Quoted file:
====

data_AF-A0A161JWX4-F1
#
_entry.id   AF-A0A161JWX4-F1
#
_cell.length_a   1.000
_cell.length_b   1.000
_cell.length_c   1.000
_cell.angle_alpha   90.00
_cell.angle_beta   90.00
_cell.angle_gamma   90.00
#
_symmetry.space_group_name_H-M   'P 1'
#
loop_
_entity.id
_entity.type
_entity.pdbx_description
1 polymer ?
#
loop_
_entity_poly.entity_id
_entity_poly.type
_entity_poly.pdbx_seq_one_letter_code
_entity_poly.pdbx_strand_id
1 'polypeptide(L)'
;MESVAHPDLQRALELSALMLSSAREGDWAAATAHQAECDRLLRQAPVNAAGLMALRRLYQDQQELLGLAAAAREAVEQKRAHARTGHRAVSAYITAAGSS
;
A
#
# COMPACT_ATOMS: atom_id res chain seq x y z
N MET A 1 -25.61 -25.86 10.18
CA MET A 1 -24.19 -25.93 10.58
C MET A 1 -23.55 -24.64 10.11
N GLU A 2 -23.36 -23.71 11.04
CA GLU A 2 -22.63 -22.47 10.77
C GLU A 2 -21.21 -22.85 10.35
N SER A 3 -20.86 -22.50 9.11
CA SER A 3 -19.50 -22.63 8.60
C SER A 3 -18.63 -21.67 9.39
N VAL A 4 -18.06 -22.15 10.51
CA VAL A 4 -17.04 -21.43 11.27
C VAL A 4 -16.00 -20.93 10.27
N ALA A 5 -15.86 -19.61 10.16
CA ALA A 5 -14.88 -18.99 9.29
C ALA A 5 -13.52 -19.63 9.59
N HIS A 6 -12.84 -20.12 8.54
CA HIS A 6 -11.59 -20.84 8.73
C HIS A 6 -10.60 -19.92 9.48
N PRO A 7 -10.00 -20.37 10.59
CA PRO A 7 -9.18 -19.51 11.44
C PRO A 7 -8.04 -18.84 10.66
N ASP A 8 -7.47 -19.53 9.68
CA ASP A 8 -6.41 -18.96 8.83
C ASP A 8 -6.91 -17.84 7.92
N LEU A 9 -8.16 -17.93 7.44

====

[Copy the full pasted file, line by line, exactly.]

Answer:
data_AF-A0A161JWX4-F1
#
_entry.id   AF-A0A161JWX4-F1
#
_cell.length_a   1.000
_cell.length_b   1.000
_cell.length_c   1.000
_cell.angle_alpha   90.00
_cell.angle_beta   90.00
_cell.angle_gamma   90.00
#
_symmetry.space_group_name_H-M   'P 1'
#
loop_
_entity.id
_entity.type
_entity.pdbx_description
1 polymer ?
#
loop_
_entity_poly.entity_id
_entity_poly.type
_entity_poly.pdbx_seq_one_letter_code
_entity_poly.pdbx_strand_id
1 'polypeptide(L)'
;MESVAHPDLQRALELSALMLSSAREGDWAAATAHQAECDRLLRQAPVNAAGLMALRRLYQDQQELLGLAAAAREAVEQKRAHARTGHRAVSAYITAAGSS
;
A
#
# COMPACT_ATOMS: atom_id res chain seq x y z
N MET A 1 -25.61 -25.86 10.18
CA MET A 1 -24.19 -25.93 10.58
C MET A 1 -23.55 -24.64 10.11
N GLU A 2 -23.36 -23.71 11.04
CA GLU A 2 -22.63 -22.47 10.77
C GLU A 2 -21.21 -22.85 10.35
N SER A 3 -20.86 -22.50 9.11
CA SER A 3 -19.50 -22.63 8.60
C SER A 3 -18.63 -21.67 9.39
N VAL A 4 -18.06 -22.15 10.51
CA VAL A 4 -17.04 -21.43 11.27
C VAL A 4 -16.00 -20.93 10.27
N ALA A 5 -15.86 -19.61 10.16
CA ALA A 5 -14.88 -18.99 9.29
C ALA A 5 -13.52 -19.63 9.59
N HIS A 6 -12.84 -20.12 8.54
CA HIS A 6 -11.59 -20.84 8.73
C HIS A 6 -10.60 -19.92 9.48
N PRO A 7 -10.00 -20.37 10.59
CA PRO A 7 -9.18 -19.51 11.44
C PRO A 7 -8.04 -18.84 10.66
N ASP A 8 -7.47 -19.53 9.68
CA ASP A 8 -6.41 -18.96 8.83
C ASP A 8 -6.91 -17.84 7.92
N LEU A 9 -8.16 -17.93 7.44